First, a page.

US Intelligence Predicts Upcoming Cyber Threats for 2024

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Accelerating competition between nation-states, regional conflicts with far-reaching impact, and non-state threat actors with unprecedented capabilities are three of the main cyber threats the US intelligence community (IC) will face over the next few months.

This is according to the Office of the Director of National Intelligence’s (ODNI) 2024 Annual Assessment of the US Intelligence Community, a report reflecting the collective insights of the US IC.

The report was shared internally in February 2024, but its unclassified version was made public on March 11, 2024.

Although not exclusively focused on cyber threats, it shares valuable insights on threats the US intelligence agencies expect to face in cyberspace.

China to Remain Top Supplier of Cyber Adversaries

The report examines threats, including cyber threats, posed by four nation-states: China, Russia, Iran, and North Korea.

China is described as the most active and persistent cyber threat to US government, private-sector, and critical infrastructure networks.

“Beijing’s cyber espionage pursuits and its industry’s export of surveillance, information, and communications technologies increase the threats of aggressive cyber operations against the United States and the suppression of the free flow of information in cyberspace,” the report reads.

Some of the evidence shared in the report includes Chinese operations discovered by the US private sector, such as the Volt Typhoon cyber espionage group’s KV Botnet.

This and other similar campaigns “probably were intended to pre-position cyber-attacks against infrastructure in Guam and to enable disrupting communications between the United States and Asia,” the ODNI wrote.

Additionally, China conducts cyber intrusions targeted at individuals beyond its border – including journalists, dissidents, and people the Chinese regime views as threats – to counter views it considers critical of narratives, policies, and actions conducted by China’s Communist Party (CCP).

Russia, Iran and North Korea to Continue Targeting the US

While Russia’s focus, both on the ground and in cyberspace, has been on its war in Ukraine, the ODNI said that the country remains a resilient and capable adversary across a wide range of domains.

The US IC assessed that Russia will continue to project and defend its interests globally and undermine the US and other Western states.

In cyberspace, the ODNI expects Russia to maintain its ability to target critical infrastructure, including underwater cables and industrial control systems (ICS), in the US as well as in allied and partner countries.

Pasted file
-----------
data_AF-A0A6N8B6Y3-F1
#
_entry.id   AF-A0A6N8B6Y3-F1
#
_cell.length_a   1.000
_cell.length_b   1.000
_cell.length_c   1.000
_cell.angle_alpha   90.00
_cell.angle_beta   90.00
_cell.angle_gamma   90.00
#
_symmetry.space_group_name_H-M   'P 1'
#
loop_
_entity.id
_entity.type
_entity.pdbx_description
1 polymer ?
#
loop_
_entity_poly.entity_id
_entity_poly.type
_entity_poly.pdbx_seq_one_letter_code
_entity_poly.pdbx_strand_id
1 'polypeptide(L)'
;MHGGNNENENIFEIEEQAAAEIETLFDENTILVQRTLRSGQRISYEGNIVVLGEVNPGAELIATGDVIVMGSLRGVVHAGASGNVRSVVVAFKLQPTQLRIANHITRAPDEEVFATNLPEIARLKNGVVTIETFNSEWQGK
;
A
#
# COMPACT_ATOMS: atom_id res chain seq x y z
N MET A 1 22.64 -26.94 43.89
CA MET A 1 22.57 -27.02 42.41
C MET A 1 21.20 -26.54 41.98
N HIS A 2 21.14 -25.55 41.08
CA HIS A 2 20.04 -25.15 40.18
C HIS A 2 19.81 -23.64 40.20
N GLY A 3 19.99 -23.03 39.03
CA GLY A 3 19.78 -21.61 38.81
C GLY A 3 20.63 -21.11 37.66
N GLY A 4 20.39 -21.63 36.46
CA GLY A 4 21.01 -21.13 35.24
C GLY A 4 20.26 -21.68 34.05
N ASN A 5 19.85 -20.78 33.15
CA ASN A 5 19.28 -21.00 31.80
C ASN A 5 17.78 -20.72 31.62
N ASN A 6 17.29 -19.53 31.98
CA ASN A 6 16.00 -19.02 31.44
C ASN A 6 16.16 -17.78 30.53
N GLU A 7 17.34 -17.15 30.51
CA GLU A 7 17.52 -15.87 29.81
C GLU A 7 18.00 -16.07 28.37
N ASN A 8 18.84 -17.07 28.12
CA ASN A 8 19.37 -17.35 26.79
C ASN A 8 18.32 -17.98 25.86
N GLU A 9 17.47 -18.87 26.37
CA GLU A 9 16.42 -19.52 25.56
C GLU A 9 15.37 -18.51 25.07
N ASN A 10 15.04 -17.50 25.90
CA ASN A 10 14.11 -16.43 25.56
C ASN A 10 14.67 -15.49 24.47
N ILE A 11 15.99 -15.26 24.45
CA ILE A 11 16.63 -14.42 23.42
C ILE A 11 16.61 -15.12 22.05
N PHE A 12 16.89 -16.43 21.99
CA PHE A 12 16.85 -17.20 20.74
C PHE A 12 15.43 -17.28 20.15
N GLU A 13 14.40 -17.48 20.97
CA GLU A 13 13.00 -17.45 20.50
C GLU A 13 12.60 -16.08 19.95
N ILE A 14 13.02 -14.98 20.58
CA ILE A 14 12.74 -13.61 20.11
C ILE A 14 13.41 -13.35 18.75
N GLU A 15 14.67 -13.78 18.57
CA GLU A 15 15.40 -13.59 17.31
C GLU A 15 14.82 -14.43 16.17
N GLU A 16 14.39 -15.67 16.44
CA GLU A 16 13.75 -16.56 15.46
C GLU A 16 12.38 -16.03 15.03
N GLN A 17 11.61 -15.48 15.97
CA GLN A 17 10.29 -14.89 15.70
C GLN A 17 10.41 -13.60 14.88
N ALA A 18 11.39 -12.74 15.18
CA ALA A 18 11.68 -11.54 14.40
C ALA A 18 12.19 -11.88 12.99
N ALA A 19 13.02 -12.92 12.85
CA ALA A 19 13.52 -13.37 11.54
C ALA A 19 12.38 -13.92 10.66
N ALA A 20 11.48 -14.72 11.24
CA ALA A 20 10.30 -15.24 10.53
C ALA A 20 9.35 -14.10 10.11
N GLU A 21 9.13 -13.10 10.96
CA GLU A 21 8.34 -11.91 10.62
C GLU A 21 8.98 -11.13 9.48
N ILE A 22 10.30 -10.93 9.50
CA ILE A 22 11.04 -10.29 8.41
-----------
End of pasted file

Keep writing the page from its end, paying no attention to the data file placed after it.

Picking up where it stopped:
In the meantime, the ODNI expects Iran to pursue its opportunistic approach to offensive cyber, especially in the Middle East and target countries with stronger cyber capabilities than itself, such as Israel.

It will also continue to conduct malign influence operations in the Middle East and other regions, including trying to undermine US political processes and amplify discord in those regions.

Additionally, evidence of past operations has led the ODNI to believe Iran may attempt to conduct influence operations aimed at US interests ahead of the November 2024 election.

Finally, the ODNI assessed that North Korea will continue its ongoing cyber campaigns, particularly cryptocurrency heists. Kim Jong-un’s regime will likely seek various approaches to launder and cash out stolen cryptocurrency; and maintain a program of IT workers serving abroad to earn additional funds.

Nation-State Actors to Exploit International, Interstate and Intrastate Tensions

The ODNI said some threat actors originating from these four countries will likely leverage international crises to conduct offensive cyber operations against the US and its allies.

These crises include:

  • Existing international conflicts (e.g. Russian war in Ukraine, Gaza conflict)
  • Potential interstate conflicts (e.g. China maritime tensions with its neighbors, India-China tensions, India-Pakistan tensions, Azerbaijan–Armenia tensions)
  • Potential intrastate turmoil (e.g. in the Balkans, the Sahel, Sudan, Ethiopia, Haiti, Venezuela)

Organized Cybercrime Among the Main Threats to the US

The ODNI report assesses that some transnational issues pose a serious threat to the US and its allies.

These include global concerns, such as competition over disruptive technology, digital authoritarianism, and transnational repression, including online repression. They also include the evolving cybercrime scene.

“Transnational organized criminals involved in ransomware operations are improving their attacks, extorting funds, disrupting critical services, and exposing sensitive data.

“Important US services and critical infrastructure such as health care, schools and manufacturing continue to experience ransomware attacks; however, weak cyber defenses, coupled with efforts to digitize economies, have made low-income countries’ networks also attractive targets,” the ODNI wrote.

The ODNI said that three trends are making cybercrime an increased threat to the US and its allies:

  • The emergence of inexpensive and anonymizing online infrastructure
  • The growing profitability of ransomware, which has led to the proliferation, decentralization, and specialization of cyber-criminal activity
  • Absent cooperative law enforcement from Russia or other countries that provide cybercriminals a safe haven or permissive environment, which limits the efficacy of successful law enforcement operations

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